“When we speak we are afraid our words will not be heard or welcomed. But when we are silent, we are still afraid. So it is better to speak.” Audre Lorde
In 2012, a woman called Kristine Bartlett had been working as a carer in the aged care sector for 19 years. Her pay rate was a whisper above the minimum wage. She had this in common with tens of thousands of care workers throughout New Zealand. So far, so ordinary.
She describes herself – in retrospect – as having been a quiet person at the time. She didn’t consider that she had too much to say.
As anyone in my line of work knows, there is a vast body of religious humour. Every faith and denomination has theirs. Generally, they are not nasty. They are the kind of jokes we tell on ourselves, self-deprecating humour that reveals something about who we are, including our foibles.
As a Unitarian, I have a rich body of humour to draw upon. For a small denomination, we laugh at ourselves a lot. One that tickles me goes like this: A group of children in a Unitarian religious ed class were trying to determine the sex of a rabbit. “There’s only one way to decide,” said one child, “let’s take a vote on it.” Continue reading Preaching a Feminist Gospel→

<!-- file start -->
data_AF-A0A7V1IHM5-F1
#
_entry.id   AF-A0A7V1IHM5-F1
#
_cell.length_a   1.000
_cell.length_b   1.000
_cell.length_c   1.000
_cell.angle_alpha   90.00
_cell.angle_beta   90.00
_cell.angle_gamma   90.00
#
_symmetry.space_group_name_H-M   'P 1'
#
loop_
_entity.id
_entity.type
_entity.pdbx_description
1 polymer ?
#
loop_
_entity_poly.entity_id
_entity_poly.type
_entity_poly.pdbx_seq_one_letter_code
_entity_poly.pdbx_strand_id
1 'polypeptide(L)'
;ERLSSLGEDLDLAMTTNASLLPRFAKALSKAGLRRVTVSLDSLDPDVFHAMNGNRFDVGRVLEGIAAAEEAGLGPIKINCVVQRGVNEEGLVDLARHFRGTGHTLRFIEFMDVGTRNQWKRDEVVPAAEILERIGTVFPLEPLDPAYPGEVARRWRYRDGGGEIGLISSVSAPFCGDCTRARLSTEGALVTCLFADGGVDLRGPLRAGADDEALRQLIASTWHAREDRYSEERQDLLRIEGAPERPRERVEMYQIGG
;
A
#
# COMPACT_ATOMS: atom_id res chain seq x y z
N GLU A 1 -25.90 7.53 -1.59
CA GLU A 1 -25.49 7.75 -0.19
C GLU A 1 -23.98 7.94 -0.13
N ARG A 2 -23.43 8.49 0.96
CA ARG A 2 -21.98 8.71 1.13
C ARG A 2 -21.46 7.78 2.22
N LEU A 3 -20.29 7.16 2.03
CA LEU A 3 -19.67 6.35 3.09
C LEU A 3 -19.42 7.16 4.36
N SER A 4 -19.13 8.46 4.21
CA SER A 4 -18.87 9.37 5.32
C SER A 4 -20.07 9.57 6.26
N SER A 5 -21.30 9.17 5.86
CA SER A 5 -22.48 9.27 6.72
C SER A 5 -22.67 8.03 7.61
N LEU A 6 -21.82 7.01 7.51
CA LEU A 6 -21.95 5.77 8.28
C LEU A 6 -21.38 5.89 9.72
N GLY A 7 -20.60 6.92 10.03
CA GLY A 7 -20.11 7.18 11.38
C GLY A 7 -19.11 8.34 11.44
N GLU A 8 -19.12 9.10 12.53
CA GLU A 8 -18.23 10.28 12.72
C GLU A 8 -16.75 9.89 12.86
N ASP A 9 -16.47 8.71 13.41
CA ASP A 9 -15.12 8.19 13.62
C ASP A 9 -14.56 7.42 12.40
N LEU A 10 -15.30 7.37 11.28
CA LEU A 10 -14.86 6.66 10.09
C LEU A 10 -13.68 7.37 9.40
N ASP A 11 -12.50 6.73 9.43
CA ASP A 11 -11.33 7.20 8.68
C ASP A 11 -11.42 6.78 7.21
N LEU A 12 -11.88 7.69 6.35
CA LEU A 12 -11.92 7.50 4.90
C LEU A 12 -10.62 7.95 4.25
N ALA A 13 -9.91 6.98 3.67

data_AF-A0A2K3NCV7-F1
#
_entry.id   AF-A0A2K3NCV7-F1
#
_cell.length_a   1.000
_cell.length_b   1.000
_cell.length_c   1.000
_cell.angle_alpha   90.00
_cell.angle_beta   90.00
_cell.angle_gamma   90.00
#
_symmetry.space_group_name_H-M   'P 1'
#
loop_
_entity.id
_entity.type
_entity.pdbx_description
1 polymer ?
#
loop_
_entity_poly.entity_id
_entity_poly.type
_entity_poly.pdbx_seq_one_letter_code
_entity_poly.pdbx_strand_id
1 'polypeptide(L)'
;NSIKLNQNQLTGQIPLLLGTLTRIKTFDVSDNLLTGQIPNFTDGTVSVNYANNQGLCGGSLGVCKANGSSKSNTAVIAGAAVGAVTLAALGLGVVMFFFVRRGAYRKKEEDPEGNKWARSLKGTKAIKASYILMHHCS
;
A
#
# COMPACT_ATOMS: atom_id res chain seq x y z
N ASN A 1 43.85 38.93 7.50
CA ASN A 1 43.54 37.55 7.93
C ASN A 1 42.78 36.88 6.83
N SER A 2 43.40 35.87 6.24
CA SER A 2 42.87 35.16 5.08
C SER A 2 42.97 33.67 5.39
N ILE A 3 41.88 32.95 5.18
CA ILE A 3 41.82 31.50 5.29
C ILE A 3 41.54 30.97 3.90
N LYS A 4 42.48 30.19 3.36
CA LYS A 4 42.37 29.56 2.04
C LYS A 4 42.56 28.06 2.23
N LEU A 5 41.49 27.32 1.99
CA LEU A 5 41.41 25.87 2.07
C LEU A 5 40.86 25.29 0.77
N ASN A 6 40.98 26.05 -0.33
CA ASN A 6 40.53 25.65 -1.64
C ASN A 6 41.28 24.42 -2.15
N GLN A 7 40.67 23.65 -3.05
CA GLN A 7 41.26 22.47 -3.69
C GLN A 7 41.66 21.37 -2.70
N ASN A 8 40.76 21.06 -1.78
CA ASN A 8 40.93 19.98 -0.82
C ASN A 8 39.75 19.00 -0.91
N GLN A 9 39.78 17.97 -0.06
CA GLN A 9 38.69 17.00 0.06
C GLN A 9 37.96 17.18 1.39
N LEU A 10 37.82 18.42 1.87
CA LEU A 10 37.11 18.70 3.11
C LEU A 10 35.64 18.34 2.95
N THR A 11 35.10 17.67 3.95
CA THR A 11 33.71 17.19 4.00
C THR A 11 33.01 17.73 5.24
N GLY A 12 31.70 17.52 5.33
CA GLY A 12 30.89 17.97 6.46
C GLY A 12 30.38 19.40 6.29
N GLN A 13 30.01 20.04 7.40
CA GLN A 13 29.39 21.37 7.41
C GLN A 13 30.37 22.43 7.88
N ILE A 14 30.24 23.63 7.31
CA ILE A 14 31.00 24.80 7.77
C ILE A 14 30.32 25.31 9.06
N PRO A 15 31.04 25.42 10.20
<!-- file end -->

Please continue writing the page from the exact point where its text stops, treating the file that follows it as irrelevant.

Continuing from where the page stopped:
The title of this sermon comes with a story told by the Revd Dr Stephanie Mayi:
“It all began in January of 1637 when Anne Hutchinson went on trial in Boston for her role in creating theological discord within the fledgling Massachusetts colony. Since arriving in the new born Boston a few years earlier, Hutchinson had been holding meetings, leading discussions, and in many other ways expressing her own religious viewpoints—including her opinions about the various clergy in Boston and surrounding towns.Continue reading “You have Stept Out of Your Place” – Challenging Patriarchy→